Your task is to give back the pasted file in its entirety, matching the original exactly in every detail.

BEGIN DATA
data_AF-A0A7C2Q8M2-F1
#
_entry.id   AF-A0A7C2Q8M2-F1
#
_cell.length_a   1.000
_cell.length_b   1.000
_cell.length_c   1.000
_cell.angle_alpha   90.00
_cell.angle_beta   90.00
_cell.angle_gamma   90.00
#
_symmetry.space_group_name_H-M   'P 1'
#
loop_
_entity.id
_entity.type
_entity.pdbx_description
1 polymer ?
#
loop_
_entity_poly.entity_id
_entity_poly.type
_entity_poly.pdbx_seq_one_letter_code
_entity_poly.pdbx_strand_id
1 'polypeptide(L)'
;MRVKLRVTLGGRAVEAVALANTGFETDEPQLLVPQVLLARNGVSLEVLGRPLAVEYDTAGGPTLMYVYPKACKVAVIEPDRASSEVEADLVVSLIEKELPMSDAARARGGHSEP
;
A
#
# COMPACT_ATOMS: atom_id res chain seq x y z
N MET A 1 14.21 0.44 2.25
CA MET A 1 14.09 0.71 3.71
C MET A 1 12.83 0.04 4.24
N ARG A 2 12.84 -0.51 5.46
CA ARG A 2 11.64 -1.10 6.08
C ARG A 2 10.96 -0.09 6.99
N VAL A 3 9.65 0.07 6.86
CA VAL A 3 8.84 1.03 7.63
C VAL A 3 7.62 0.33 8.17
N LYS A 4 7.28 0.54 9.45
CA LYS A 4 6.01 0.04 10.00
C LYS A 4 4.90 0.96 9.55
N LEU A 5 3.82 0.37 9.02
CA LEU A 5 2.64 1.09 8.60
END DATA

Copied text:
data_AF-A0A7C2Q8M2-F1
#
_entry.id   AF-A0A7C2Q8M2-F1
#
_cell.length_a   1.000
_cell.length_b   1.000
_cell.length_c   1.000
_cell.angle_alpha   90.00
_cell.angle_beta   90.00
_cell.angle_gamma   90.00
#
_symmetry.space_group_name_H-M   'P 1'
#
loop_
_entity.id
_entity.type
_entity.pdbx_description
1 polymer ?
#
loop_
_entity_poly.entity_id
_entity_poly.type
_entity_poly.pdbx_seq_one_letter_code
_entity_poly.pdbx_strand_id
1 'polypeptide(L)'
;MRVKLRVTLGGRAVEAVALANTGFETDEPQLLVPQVLLARNGVSLEVLGRPLAVEYDTAGGPTLMYVYPKACKVAVIEPDRASSEVEADLVVSLIEKELPMSDAARARGGHSEP
;
A
#
# COMPACT_ATOMS: atom_id res chain seq x y z
N MET A 1 14.21 0.44 2.25
CA MET A 1 14.09 0.71 3.71
C MET A 1 12.83 0.04 4.24
N ARG A 2 12.84 -0.51 5.46
CA ARG A 2 11.64 -1.10 6.08
C ARG A 2 10.96 -0.09 6.99
N VAL A 3 9.65 0.07 6.86
CA VAL A 3 8.84 1.03 7.63
C VAL A 3 7.62 0.33 8.17
N LYS A 4 7.28 0.54 9.45
CA LYS A 4 6.01 0.04 10.00
C LYS A 4 4.90 0.96 9.55
N LEU A 5 3.82 0.37 9.02
CA LEU A 5 2.64 1.09 8.60